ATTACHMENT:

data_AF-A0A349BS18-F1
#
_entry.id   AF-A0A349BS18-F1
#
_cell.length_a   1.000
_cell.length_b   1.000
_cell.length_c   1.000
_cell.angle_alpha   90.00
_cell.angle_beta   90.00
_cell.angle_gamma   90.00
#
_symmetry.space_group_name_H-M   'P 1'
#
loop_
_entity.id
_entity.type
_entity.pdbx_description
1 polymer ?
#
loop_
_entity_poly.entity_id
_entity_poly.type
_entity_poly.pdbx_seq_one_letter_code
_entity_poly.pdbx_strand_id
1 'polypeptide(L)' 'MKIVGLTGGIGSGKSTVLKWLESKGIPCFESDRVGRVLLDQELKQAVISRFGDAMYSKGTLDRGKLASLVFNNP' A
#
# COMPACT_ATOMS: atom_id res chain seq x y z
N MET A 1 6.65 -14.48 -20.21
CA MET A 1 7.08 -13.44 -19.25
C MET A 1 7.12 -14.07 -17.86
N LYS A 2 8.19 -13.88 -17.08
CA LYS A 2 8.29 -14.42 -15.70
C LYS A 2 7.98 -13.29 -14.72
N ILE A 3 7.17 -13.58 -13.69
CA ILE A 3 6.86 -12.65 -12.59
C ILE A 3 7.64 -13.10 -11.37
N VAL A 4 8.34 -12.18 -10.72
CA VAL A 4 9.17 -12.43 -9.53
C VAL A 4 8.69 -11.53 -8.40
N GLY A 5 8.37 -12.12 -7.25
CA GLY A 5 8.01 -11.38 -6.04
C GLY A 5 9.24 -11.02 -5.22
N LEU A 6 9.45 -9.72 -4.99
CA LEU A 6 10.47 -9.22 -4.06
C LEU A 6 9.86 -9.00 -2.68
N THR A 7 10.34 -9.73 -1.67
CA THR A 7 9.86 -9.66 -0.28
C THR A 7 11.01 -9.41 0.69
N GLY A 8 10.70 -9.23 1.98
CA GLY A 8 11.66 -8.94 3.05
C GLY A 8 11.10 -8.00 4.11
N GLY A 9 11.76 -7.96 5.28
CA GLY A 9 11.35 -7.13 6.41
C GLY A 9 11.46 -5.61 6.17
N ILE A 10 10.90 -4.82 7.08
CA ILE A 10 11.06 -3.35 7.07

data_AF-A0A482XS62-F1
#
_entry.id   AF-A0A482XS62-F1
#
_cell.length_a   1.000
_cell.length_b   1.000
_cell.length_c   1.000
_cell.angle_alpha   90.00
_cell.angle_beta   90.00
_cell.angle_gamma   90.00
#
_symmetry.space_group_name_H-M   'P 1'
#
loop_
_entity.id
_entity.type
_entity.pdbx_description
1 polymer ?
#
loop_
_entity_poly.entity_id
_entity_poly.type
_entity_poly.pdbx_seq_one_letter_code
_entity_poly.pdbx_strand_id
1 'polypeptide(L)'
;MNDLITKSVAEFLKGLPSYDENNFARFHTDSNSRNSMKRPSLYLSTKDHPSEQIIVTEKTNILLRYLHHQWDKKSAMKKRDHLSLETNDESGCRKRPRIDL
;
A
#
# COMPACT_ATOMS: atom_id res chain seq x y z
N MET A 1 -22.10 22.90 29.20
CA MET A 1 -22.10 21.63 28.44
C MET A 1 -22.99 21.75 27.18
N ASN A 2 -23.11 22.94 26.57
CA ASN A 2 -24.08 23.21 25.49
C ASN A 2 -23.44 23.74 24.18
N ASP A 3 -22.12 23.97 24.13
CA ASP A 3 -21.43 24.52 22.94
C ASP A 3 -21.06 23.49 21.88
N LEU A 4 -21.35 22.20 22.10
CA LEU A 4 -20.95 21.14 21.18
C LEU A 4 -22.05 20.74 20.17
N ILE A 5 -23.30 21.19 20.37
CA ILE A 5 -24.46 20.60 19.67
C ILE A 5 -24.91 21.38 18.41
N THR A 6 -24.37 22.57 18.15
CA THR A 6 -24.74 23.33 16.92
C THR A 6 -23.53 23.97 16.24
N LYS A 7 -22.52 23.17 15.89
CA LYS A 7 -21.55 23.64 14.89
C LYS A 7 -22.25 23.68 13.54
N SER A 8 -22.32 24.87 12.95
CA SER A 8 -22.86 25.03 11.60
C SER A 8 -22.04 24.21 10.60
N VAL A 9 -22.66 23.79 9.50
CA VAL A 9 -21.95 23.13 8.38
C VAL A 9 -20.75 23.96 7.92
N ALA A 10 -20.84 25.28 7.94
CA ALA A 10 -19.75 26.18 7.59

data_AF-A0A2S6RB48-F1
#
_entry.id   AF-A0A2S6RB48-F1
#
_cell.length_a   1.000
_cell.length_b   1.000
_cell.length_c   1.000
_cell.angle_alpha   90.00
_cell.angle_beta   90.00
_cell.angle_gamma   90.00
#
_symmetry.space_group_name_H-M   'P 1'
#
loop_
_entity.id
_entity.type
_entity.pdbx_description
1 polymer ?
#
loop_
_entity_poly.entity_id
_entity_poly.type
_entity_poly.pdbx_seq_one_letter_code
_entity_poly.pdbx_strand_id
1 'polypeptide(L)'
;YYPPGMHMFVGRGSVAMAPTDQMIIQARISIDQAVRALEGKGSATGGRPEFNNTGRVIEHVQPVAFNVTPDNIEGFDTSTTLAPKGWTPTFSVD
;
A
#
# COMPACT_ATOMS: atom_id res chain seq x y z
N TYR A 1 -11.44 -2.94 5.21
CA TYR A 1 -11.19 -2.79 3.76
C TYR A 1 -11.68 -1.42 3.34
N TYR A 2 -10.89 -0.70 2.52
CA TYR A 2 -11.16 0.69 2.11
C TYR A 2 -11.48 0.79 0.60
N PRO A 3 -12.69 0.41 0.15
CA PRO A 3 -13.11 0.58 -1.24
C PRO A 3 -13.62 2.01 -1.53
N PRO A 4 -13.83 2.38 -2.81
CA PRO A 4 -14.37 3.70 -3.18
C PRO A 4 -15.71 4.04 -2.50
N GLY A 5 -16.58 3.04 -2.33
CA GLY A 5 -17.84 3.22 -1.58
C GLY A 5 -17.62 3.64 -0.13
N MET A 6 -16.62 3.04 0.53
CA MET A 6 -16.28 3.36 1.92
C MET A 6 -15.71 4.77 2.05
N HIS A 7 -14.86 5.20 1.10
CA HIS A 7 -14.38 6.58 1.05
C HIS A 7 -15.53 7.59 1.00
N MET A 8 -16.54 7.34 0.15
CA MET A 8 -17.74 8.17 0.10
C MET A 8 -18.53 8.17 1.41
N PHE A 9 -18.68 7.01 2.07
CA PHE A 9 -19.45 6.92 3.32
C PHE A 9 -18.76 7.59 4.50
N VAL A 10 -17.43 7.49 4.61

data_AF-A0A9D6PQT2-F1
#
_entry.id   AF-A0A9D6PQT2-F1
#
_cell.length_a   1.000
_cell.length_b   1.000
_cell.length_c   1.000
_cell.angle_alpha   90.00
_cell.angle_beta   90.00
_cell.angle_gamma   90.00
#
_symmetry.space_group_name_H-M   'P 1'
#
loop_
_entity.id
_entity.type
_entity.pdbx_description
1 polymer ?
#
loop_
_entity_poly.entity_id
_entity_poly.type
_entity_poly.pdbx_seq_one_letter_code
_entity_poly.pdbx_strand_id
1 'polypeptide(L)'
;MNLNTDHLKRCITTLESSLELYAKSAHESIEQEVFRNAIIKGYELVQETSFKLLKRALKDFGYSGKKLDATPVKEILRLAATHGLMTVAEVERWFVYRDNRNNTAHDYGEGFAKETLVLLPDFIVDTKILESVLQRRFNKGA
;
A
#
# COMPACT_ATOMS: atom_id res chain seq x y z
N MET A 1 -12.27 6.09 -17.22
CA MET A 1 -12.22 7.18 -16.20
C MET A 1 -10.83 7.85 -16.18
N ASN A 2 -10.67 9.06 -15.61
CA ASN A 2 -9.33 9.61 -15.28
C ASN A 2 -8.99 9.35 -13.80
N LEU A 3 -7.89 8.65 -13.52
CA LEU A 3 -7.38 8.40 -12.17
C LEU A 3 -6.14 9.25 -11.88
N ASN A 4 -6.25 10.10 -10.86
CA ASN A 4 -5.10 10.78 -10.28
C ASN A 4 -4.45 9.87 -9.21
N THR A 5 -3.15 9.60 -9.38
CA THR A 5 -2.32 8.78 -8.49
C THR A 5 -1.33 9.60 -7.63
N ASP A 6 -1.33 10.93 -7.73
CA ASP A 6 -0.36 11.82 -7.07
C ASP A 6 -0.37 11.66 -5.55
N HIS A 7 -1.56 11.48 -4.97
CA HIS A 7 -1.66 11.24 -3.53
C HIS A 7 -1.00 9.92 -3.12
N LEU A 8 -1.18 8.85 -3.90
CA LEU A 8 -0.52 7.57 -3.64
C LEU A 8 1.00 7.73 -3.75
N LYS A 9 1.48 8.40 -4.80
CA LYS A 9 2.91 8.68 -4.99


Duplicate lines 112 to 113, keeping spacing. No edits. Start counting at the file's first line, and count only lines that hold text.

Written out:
CA VAL A 9 -21.95 23.13 8.38
C VAL A 9 -20.75 23.96 7.92